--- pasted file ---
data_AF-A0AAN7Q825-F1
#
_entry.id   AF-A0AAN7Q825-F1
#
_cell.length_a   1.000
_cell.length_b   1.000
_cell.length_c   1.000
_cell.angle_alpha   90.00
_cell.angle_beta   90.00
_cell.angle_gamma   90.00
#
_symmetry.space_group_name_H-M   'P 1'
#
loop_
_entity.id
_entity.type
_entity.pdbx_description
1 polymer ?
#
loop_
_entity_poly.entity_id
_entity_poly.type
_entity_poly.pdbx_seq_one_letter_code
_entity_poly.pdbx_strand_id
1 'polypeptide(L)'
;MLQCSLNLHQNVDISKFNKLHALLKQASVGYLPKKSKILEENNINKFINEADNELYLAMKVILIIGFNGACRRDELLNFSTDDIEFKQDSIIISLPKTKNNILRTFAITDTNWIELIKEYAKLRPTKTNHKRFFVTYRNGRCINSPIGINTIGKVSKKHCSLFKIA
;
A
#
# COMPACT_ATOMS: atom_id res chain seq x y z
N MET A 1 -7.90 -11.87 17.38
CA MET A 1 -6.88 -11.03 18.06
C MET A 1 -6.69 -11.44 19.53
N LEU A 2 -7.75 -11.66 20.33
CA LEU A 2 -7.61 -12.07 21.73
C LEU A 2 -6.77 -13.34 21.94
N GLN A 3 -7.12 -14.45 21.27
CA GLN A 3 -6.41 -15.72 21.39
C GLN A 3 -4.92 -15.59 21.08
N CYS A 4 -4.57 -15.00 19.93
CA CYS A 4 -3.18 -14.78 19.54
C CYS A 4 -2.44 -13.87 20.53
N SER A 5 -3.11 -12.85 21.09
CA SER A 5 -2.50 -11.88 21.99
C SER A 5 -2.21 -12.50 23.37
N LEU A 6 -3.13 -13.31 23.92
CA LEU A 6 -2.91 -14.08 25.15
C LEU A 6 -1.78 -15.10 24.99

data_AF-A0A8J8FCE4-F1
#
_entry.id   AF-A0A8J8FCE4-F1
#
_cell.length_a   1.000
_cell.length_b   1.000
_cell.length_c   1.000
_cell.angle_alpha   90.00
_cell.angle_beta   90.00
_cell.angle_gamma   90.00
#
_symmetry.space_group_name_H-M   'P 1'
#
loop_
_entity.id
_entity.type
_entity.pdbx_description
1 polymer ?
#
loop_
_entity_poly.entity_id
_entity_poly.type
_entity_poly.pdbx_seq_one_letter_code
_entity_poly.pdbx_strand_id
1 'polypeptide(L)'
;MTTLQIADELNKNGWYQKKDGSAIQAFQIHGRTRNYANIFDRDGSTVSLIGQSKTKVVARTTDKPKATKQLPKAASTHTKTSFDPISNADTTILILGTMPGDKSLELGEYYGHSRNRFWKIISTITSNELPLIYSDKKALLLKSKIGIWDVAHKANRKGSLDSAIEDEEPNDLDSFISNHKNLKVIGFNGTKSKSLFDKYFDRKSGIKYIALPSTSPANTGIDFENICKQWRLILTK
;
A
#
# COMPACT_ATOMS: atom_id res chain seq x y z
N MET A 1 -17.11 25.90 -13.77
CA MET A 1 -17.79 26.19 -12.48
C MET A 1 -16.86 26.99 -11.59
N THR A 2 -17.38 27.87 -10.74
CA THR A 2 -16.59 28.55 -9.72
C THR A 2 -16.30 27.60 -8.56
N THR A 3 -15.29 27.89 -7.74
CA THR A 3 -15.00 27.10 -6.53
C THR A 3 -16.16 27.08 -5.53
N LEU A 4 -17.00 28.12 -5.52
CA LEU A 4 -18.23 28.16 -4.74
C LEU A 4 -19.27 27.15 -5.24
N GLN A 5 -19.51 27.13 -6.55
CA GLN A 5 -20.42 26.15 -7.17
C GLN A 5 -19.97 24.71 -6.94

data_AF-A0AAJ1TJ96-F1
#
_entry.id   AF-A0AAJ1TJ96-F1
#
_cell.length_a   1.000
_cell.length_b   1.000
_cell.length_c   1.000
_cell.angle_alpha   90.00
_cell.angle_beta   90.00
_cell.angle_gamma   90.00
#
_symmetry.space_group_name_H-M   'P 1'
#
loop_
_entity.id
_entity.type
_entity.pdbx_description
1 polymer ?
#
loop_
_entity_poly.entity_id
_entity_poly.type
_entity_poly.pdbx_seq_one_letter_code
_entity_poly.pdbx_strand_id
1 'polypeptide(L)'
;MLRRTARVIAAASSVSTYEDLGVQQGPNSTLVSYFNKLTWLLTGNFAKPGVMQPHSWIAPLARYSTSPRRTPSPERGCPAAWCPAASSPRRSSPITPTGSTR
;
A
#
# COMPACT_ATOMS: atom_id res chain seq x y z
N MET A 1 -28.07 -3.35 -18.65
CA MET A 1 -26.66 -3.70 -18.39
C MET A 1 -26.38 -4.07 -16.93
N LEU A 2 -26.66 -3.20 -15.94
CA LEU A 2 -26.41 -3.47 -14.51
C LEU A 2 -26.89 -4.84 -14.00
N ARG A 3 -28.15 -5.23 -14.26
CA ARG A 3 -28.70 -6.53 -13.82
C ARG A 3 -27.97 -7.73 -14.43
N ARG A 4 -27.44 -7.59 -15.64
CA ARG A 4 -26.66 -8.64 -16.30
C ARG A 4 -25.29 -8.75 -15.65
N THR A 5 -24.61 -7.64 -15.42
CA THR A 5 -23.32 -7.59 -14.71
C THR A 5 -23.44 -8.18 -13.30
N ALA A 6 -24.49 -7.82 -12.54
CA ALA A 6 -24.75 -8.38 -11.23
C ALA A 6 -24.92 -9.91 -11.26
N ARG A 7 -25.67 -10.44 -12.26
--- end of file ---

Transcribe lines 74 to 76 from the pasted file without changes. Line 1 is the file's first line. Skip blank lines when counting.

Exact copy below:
;MTTLQIADELNKNGWYQKKDGSAIQAFQIHGRTRNYANIFDRDGSTVSLIGQSKTKVVARTTDKPKATKQLPKAASTHTKTSFDPISNADTTILILGTMPGDKSLELGEYYGHSRNRFWKIISTITSNELPLIYSDKKALLLKSKIGIWDVAHKANRKGSLDSAIEDEEPNDLDSFISNHKNLKVIGFNGTKSKSLFDKYFDRKSGIKYIALPSTSPANTGIDFENICKQWRLILTK
;
A